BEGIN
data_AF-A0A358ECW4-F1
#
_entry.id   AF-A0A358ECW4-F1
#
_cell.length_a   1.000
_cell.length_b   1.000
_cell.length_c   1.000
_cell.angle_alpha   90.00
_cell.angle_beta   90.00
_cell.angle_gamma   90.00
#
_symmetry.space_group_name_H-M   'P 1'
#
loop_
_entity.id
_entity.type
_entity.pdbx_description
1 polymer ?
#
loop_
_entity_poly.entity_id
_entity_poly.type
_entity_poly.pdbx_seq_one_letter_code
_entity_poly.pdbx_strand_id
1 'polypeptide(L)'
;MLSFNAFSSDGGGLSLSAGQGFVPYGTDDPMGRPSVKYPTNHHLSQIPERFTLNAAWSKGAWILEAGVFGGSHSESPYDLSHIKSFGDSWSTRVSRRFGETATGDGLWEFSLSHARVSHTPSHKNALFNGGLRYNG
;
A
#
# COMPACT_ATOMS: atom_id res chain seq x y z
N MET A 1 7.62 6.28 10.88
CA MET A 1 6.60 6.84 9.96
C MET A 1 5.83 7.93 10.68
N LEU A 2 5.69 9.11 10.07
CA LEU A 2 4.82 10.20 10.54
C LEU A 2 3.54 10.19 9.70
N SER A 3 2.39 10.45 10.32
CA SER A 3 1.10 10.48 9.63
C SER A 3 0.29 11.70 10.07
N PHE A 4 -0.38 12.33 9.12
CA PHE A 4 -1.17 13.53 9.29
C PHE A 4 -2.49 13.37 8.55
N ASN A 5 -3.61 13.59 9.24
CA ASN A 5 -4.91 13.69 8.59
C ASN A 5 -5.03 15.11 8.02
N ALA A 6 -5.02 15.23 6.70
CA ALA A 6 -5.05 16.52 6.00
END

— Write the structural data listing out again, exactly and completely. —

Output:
data_AF-A0A358ECW4-F1
#
_entry.id   AF-A0A358ECW4-F1
#
_cell.length_a   1.000
_cell.length_b   1.000
_cell.length_c   1.000
_cell.angle_alpha   90.00
_cell.angle_beta   90.00
_cell.angle_gamma   90.00
#
_symmetry.space_group_name_H-M   'P 1'
#
loop_
_entity.id
_entity.type
_entity.pdbx_description
1 polymer ?
#
loop_
_entity_poly.entity_id
_entity_poly.type
_entity_poly.pdbx_seq_one_letter_code
_entity_poly.pdbx_strand_id
1 'polypeptide(L)'
;MLSFNAFSSDGGGLSLSAGQGFVPYGTDDPMGRPSVKYPTNHHLSQIPERFTLNAAWSKGAWILEAGVFGGSHSESPYDLSHIKSFGDSWSTRVSRRFGETATGDGLWEFSLSHARVSHTPSHKNALFNGGLRYNG
;
A
#
# COMPACT_ATOMS: atom_id res chain seq x y z
N MET A 1 7.62 6.28 10.88
CA MET A 1 6.60 6.84 9.96
C MET A 1 5.83 7.93 10.68
N LEU A 2 5.69 9.11 10.07
CA LEU A 2 4.82 10.20 10.54
C LEU A 2 3.54 10.19 9.70
N SER A 3 2.39 10.45 10.32
CA SER A 3 1.10 10.48 9.63
C SER A 3 0.29 11.70 10.07
N PHE A 4 -0.38 12.33 9.12
CA PHE A 4 -1.17 13.53 9.29
C PHE A 4 -2.49 13.37 8.55
N ASN A 5 -3.61 13.59 9.24
CA ASN A 5 -4.91 13.69 8.59
C ASN A 5 -5.03 15.11 8.02
N ALA A 6 -5.02 15.23 6.70
CA ALA A 6 -5.05 16.52 6.00